Uganda’s government has finally released a controversial report of the investigation conducted by the Scotland yard police into the assassination of former rebel leader Andrew Kayira. The government had initially refused to release the report amid opposition party accusations of government complicity in the former rebel leaders’ death. Kayira was the leader of the then rebel Uganda freedom movement, which fought former president Milton Obote’s regime in the 1980’s.
Ruhakana Rugunda is Uganda’s Minster of internal affairs. He said some of the alleged masterminds of the former rebel leader’s assassination have been acquitted.
“Dr. Kayira was murdered about twenty years ago and Scotland Yard was asked by the government of Uganda to come and assist with the investigation. The report of the investigation was looked at, its evidence was utilized and some of the suspects were charged in court but subsequently acquitted,” he said.
Rugunda agreed that the government should have released the report a long time ago.
“Unfortunately the actual report was not released to the public, government has considered it appropriate to release the report now because it was clear that this should have been released, and at the same time there was obviously public interest in the report,” he noted.
Rugunda denied reports, which portray the government of trying to block attempts by groups who demanding the report’s release.
“Government has never resisted or objected to releasing the report. I would say that government interest and opposition interest in the report and its release in a way coincided,” Rugunda said.
He said the release of the report clears government of any involvement in the death of the former rebel leader.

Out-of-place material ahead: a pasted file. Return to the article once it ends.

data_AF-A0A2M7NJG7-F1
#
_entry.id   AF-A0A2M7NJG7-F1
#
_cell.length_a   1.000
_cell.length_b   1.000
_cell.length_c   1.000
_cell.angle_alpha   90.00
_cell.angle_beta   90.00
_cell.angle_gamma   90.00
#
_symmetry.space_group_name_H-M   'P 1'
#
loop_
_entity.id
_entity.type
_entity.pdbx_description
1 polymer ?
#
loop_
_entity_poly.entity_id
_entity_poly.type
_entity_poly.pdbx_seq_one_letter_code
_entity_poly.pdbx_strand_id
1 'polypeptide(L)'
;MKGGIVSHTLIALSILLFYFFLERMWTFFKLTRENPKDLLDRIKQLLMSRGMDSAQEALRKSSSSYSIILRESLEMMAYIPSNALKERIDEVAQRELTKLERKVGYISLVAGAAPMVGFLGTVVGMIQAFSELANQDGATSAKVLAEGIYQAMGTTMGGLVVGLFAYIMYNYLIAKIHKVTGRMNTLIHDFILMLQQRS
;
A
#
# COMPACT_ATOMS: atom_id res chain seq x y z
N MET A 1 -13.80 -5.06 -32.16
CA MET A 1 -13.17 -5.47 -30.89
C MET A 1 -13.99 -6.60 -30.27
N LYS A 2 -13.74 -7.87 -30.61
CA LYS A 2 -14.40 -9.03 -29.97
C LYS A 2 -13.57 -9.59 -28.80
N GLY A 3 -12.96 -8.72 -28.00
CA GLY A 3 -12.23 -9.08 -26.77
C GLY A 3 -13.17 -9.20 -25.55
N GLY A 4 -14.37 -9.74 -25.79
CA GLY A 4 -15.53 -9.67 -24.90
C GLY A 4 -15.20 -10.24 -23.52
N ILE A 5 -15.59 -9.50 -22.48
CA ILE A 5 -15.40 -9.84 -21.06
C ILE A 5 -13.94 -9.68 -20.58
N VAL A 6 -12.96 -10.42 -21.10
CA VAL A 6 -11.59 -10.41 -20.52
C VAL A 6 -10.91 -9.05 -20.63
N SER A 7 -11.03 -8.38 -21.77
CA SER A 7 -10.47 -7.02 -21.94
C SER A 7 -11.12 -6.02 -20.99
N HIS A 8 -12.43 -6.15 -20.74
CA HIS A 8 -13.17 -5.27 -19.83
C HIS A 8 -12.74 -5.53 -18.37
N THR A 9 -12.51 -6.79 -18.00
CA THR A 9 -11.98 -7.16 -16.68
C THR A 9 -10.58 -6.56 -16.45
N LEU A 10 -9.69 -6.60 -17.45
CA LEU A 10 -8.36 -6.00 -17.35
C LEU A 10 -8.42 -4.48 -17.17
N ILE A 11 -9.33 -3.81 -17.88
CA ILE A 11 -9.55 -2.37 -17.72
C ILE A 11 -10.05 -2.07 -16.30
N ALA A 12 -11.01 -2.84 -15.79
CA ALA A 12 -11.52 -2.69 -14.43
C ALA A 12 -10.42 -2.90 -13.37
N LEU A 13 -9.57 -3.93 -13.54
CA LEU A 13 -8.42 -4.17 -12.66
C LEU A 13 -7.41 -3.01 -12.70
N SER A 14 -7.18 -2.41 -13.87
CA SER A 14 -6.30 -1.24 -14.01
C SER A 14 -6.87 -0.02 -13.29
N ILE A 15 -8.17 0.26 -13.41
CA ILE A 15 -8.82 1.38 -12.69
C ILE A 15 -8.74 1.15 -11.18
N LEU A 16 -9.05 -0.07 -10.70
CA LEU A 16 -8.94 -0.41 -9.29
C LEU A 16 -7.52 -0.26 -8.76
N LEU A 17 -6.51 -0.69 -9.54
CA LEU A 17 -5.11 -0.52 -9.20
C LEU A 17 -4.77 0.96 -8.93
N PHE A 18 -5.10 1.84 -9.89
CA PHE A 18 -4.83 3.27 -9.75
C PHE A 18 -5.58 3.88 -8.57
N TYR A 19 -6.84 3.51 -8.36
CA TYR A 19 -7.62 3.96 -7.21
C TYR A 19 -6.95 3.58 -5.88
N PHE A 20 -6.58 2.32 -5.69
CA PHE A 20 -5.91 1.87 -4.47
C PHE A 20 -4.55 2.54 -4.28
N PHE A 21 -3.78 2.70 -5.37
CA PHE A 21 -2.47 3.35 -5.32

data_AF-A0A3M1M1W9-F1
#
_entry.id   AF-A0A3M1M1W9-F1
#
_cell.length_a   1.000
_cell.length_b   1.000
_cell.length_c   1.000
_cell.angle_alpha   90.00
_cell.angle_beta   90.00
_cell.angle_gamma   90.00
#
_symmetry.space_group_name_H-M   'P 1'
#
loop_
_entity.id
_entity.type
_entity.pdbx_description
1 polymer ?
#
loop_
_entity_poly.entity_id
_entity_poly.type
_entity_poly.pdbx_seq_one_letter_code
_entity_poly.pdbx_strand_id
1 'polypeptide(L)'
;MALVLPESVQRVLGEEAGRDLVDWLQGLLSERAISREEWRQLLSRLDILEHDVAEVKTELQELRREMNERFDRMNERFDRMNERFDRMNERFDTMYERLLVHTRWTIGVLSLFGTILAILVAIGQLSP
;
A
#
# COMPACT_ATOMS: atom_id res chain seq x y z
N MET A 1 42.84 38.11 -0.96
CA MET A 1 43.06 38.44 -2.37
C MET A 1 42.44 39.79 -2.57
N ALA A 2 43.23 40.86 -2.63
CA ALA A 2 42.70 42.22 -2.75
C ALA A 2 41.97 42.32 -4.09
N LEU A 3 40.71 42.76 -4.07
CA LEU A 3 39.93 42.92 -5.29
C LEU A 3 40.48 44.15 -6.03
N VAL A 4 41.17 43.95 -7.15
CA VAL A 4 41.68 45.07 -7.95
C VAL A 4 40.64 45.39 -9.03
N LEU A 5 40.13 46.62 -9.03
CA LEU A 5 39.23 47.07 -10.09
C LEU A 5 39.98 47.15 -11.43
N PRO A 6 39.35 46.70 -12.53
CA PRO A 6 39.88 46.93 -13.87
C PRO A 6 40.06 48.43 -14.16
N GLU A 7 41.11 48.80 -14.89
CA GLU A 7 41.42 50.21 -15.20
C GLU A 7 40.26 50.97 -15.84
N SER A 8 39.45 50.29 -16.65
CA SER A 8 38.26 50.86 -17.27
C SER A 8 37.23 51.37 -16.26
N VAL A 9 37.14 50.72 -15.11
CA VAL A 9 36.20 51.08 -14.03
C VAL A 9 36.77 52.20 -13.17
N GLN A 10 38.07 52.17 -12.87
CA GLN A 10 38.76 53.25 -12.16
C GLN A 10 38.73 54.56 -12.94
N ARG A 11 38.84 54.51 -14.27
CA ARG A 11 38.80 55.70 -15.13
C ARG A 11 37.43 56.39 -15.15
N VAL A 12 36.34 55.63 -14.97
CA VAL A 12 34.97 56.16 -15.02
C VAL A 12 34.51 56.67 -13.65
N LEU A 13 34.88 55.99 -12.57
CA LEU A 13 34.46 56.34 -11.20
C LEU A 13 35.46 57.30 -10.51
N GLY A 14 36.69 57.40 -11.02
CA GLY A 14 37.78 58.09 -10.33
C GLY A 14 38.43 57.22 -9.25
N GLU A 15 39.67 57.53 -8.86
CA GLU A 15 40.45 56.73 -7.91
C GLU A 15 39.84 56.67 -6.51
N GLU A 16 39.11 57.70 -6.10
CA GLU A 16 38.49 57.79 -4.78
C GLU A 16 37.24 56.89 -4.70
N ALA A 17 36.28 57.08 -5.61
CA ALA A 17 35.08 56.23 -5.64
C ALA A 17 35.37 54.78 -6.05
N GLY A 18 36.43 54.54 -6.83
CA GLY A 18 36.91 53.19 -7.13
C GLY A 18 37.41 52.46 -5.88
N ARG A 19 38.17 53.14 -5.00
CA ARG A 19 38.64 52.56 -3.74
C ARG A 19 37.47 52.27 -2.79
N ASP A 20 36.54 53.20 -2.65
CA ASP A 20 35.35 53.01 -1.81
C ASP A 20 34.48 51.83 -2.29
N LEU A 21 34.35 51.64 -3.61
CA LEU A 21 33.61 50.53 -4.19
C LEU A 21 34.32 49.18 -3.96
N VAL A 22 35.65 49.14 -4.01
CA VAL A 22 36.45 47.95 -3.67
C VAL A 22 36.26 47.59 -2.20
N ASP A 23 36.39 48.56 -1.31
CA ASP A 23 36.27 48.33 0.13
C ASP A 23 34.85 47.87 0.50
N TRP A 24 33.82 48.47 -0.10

“It would give the people of Uganda an opportunity to know that there was nothing hidden, and indeed for the public to know exactly what happened, so in a way, the public exercising their rights to know how government handles issues and how one of their leaders was murdered… government has now got institutions built and able to handle things. But the key point is that both the government and the opposition want the report out and it is out,” he said.
Rugunda said investigation into the death of the former rebel leader was hindered because there was no functioning police department.
“You see, this murder took place when the police had been dismantled in 1987 and when law and order institutions were weak ... That is why we asked the Scotland Yard in London to assist us, and we are very happy that they have co-operated and given us the report,” he said.
Rugunda said the government did not intentionally delay or block the release of the controversial report.
“There was no deliberate decision not to publish the report. It was just that the institutions at that time did not adequately address the matter. And the matter has now been adequately addressed and as such, the report is now out,” he said.